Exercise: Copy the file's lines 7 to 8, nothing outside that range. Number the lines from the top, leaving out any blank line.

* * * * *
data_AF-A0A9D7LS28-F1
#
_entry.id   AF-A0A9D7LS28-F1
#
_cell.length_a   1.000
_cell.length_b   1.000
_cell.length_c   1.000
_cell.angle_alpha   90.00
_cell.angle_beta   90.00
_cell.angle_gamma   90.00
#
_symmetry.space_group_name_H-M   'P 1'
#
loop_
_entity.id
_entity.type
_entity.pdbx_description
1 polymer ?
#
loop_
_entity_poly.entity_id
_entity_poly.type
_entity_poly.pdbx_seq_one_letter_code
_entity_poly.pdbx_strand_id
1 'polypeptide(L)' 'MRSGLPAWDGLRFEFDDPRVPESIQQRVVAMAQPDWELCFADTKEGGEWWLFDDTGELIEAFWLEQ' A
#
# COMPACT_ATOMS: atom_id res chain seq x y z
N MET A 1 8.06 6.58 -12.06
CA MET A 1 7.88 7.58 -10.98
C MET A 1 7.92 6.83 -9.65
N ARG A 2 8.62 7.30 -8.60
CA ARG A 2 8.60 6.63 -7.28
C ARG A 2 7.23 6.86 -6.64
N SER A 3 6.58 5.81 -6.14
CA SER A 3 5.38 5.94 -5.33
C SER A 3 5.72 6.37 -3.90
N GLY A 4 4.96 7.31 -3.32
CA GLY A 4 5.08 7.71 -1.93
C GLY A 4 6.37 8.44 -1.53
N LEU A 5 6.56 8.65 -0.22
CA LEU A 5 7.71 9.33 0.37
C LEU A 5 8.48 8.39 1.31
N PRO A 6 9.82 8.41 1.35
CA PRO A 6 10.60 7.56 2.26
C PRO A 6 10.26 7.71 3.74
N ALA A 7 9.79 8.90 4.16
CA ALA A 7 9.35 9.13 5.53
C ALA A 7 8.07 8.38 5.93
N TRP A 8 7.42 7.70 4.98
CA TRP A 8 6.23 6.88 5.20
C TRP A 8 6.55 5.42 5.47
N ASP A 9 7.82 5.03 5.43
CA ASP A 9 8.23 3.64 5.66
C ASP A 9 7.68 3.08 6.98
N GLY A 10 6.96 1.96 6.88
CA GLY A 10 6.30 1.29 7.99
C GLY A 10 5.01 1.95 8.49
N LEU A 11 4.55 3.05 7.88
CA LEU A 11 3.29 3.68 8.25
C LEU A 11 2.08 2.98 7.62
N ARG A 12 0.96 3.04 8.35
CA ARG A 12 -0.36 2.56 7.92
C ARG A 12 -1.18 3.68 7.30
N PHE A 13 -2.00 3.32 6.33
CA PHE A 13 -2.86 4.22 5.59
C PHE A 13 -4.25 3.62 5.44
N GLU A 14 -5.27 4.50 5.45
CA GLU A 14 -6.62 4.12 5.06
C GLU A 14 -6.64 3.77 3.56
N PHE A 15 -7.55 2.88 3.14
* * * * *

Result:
_cell.length_c   1.000
_cell.angle_alpha   90.00